October 10, 1979 – The Annual Wall Street Blood-Bath
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October 10, 1979 – The scene was Wall Street; the situation was the yearly plunge, sell-off, blood-bath, hysteria and nervous breakdown. October in 1979 proved to be no different, as stocks slid more than 26 points this day in October, amid news Chase Manhattan and several other major banks raised the prime interest rate a full 1%. Coupled with the sharp rise in Gold and steep drop in the value of the dollar, the sharpest fall in Dow Jones‘ 188-year history was recorded the previous day. The new day promised more of the same, and investors were anxiously lined-up, in wave after wave of selling. The raise in Bank rates was a reaction to the Federal Reserve, who raised interest rates as a way of attempting to cool off inflation. But the boost in interest rates, many feared, would slow up business too much. Builders, for example, could find the cost of funds prohibitive. And consumers could find that the higher charge of interest rates to business would raise some consumer prices to them.
Many Wall Street observers were noting a parallel. In 1978 the gambling stock led the market sharply upward, until stocks were hit by a wave of selling in what was called “The October Massacre”. In 1979, it was the oil stocks which led up the market, and they too fell sharply in this latest October Massacre.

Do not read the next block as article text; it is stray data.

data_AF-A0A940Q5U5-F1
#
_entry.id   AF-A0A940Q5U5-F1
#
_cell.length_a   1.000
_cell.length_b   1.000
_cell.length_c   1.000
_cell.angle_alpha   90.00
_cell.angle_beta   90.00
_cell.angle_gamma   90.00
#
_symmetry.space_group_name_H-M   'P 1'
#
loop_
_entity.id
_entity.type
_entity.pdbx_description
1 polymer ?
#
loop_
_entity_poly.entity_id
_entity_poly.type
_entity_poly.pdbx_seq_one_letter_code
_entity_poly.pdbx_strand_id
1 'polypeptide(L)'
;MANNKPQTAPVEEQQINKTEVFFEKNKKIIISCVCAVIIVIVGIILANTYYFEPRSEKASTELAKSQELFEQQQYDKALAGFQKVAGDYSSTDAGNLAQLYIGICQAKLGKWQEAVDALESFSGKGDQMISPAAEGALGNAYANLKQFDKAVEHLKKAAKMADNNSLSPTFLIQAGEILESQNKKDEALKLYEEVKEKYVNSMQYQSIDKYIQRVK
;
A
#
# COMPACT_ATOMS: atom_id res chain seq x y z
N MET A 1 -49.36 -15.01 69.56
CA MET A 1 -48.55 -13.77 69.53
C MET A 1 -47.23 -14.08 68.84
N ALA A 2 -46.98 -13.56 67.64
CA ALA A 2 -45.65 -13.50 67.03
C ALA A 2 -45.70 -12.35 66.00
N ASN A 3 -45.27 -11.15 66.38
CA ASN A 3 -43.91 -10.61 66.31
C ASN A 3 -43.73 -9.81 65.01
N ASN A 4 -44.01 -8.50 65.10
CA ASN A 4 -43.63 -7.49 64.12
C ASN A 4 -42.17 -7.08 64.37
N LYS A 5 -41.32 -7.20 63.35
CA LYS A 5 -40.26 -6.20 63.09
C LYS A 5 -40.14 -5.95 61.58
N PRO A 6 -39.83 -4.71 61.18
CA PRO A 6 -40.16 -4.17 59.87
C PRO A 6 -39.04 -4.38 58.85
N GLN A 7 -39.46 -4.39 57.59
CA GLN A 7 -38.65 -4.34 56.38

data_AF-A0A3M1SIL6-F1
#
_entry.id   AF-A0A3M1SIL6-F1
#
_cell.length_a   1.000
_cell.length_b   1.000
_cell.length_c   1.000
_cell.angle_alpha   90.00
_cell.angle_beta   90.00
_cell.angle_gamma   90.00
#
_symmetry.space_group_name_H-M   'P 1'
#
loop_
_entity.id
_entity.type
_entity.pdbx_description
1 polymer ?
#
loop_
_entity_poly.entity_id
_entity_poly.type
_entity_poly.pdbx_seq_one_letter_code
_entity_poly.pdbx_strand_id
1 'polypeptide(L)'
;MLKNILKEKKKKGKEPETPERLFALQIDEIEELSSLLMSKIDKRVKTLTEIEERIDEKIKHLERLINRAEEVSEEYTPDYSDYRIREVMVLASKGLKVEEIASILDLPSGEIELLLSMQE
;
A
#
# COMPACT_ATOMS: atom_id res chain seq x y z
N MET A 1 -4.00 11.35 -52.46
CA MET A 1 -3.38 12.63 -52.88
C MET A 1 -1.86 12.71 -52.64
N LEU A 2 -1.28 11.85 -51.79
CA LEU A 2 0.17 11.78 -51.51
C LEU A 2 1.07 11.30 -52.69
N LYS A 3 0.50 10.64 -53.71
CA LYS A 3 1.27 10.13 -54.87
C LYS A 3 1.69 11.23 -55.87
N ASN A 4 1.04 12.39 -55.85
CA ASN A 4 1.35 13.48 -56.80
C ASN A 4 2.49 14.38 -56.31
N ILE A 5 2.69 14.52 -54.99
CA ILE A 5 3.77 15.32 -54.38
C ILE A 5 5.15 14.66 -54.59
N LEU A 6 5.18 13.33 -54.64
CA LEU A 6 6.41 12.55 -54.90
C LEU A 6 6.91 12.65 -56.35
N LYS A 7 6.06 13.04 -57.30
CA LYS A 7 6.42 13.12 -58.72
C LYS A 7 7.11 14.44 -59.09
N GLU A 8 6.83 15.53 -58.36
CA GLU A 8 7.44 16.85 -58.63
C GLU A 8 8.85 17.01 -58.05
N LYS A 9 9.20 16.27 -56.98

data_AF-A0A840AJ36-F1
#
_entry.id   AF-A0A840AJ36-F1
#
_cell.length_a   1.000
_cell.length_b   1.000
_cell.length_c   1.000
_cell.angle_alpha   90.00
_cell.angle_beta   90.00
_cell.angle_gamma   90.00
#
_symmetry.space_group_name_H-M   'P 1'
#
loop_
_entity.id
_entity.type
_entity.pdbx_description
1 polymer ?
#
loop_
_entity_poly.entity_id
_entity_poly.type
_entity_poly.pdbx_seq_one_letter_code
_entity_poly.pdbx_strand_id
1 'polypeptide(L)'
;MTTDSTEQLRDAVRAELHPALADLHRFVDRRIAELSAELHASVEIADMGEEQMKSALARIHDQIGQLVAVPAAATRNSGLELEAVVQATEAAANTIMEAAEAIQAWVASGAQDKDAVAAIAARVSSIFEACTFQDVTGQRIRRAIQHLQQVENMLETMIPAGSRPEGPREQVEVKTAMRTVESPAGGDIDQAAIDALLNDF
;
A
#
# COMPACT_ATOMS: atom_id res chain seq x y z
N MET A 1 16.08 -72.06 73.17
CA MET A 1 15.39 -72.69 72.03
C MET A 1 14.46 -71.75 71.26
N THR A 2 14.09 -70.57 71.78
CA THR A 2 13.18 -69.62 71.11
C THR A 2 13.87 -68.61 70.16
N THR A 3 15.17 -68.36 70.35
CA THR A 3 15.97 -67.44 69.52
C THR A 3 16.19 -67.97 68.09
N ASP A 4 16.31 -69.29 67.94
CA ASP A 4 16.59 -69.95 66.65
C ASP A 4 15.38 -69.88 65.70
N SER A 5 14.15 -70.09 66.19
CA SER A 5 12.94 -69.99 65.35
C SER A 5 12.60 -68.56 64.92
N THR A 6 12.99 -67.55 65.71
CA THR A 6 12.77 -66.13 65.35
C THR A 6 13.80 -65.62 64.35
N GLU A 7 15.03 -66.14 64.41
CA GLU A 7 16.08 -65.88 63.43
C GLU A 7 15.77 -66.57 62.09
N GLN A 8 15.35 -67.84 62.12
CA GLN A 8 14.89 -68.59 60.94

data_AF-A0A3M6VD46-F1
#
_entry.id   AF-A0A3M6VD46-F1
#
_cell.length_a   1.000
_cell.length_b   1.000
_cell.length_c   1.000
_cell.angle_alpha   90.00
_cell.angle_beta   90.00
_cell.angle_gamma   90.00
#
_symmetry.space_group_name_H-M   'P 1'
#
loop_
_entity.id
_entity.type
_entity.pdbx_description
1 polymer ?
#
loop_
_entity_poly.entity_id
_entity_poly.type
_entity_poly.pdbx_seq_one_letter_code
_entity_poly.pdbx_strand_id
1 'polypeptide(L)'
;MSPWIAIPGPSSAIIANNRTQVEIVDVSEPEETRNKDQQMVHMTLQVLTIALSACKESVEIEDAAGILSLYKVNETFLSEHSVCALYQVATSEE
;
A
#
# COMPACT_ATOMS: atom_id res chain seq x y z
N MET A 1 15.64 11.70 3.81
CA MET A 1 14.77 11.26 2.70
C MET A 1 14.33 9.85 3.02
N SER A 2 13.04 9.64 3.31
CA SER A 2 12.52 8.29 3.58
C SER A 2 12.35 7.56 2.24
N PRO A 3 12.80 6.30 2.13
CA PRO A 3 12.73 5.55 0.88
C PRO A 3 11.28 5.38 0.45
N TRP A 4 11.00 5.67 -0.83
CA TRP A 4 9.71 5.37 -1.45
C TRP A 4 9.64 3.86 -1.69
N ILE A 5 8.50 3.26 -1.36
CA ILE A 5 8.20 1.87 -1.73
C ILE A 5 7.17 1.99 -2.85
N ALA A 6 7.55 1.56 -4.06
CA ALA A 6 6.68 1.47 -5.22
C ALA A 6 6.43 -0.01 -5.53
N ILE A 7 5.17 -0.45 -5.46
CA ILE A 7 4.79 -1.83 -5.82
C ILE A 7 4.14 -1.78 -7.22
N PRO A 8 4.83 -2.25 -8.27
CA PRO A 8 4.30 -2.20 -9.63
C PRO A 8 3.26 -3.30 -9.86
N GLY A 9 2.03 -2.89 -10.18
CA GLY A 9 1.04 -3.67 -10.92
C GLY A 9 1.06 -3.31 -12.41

And from Capitol Hill – The Senate and House were locked in conflict over two issues: A pay raise for members of Congress and the issue of Federally funded Abortions. The Senate opposed the pay raise, the House wanted it. And the House wanted to prohibit the use of any Federal money for use in abortions, unless the life of the mother was in danger. The Senate wanted to go along with present law, which was more liberal; allowing an abortion when the mothers health would be damaged if the pregnancy continued, and in cases of rape and incest. Time and time again, both the House and Senate have stuck to their positions. The House did the day before and the Senate was expected to tackle both measures again this day. The extra added difficulty was the pay-raise was now attached to a bill to keep some government agencies running and the abortion issues was tied to a money bill to keep the Department of Health, Education and Welfare in business. And as of this day, there was enough money around in the agencies to come up with one more pay check.
All that, and a lot more for this October 10, 1979 as reported by The CBS World News Roundup.